The MT Interview: Roland Rudd

He's a social dynamo at the hub of Britain's business and political life, and his advice is sought by the bosses of a quarter of the top 100 blue-chips. His sideline is to run a serious campaigning body that aims to make the EU more business-friendly. Meet the PR man of the moment.

by Chris Blackhurst

Two occasions spent with Roland Rudd. The first is a visit to Manchester United, then a client of Rudd's Finsbury financial PR organisation. He wants me to meet David Gill, the club's CEO. We're met at Manchester airport by a car. On the way into the city and stuck in heavy traffic, Rudd starts suggesting alternative routes to Old Trafford. In the back, Rupert Younger, then his business partner, and I sit silently as Rudd orders the hapless driver around. Eventually, the exasperated driver snaps. 'Listen, mate, that sign says "no right turn". I'm from Manchester, I drive here every day. I know where I'm going.'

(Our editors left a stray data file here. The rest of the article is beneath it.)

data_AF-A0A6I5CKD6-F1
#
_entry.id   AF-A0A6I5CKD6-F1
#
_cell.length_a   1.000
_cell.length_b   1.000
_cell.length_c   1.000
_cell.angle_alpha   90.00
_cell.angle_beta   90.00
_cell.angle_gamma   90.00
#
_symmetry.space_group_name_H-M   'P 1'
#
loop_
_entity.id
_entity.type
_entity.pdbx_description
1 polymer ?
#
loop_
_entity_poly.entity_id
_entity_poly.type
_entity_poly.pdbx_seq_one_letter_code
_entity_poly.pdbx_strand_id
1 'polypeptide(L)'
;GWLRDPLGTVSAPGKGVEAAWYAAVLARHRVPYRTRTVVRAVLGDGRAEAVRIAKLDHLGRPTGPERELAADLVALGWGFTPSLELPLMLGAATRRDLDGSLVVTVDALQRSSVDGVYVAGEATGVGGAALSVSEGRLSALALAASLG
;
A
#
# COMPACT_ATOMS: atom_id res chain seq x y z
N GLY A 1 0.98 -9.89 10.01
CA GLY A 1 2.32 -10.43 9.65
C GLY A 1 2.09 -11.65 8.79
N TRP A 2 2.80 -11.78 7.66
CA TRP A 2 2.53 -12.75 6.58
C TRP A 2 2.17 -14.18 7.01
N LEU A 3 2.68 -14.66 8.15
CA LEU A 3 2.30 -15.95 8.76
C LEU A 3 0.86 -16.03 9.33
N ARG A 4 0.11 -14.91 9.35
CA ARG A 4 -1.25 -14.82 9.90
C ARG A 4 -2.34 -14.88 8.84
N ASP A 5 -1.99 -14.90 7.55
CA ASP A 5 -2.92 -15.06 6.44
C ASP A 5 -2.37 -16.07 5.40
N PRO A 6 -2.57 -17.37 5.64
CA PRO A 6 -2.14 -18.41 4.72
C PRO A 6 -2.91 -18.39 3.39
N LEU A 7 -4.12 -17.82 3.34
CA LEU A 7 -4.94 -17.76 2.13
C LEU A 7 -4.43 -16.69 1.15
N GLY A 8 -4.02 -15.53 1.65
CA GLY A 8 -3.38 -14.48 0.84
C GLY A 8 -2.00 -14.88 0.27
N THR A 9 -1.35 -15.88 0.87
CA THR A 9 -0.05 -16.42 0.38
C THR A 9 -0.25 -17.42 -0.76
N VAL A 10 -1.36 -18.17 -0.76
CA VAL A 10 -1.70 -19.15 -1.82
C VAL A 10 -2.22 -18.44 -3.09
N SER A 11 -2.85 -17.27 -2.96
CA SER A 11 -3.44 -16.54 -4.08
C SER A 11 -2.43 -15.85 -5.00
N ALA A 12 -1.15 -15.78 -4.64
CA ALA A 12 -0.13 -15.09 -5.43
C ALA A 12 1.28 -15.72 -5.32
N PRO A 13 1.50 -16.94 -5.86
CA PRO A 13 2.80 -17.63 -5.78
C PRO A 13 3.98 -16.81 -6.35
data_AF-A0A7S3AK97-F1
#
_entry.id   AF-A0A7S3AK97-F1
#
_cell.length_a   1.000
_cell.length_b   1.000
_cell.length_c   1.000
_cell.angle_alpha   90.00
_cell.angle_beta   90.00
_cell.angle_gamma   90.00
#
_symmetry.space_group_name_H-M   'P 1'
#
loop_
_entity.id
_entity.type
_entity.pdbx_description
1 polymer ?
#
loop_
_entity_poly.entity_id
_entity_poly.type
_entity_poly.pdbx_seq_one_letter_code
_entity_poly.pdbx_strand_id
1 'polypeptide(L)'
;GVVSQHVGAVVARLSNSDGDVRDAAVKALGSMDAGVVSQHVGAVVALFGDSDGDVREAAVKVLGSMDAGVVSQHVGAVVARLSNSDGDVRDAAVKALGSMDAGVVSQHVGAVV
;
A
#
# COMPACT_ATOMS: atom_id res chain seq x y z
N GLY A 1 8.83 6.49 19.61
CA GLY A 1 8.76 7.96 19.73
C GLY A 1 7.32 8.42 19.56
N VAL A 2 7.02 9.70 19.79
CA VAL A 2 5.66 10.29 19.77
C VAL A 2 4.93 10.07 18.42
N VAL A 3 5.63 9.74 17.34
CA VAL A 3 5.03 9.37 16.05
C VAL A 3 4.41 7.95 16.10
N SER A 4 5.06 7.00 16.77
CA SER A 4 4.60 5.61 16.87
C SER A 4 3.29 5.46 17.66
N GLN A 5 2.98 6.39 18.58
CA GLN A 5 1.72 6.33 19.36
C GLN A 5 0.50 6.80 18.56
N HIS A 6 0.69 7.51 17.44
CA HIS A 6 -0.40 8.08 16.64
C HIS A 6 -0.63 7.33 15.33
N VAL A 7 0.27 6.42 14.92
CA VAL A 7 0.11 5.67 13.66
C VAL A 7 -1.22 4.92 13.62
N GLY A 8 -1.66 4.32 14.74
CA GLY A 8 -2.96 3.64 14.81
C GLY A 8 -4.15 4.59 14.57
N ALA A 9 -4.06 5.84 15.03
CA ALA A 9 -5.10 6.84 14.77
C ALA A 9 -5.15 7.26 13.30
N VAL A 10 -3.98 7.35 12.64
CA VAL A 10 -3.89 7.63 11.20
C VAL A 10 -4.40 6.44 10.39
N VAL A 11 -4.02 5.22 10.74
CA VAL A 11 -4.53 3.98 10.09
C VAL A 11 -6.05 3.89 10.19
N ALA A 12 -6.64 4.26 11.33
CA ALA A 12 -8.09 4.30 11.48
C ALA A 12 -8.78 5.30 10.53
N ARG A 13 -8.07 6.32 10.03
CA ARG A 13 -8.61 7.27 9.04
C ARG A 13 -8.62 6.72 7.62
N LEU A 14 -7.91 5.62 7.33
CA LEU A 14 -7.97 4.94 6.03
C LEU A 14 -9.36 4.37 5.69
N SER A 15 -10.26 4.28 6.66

Rudd laughs at himself. He realises that for once his instinct to take charge has gone too far.

Later, on the return journey, Rudd is talking to his wife, Sophie, on his mobile. They're deep in conversation when he suddenly says: 'Got to go, darling, client on the line.' He switches calls. Then another client rings and another. They're all chairmen/CEOs of major companies and they all want to talk to Rudd.

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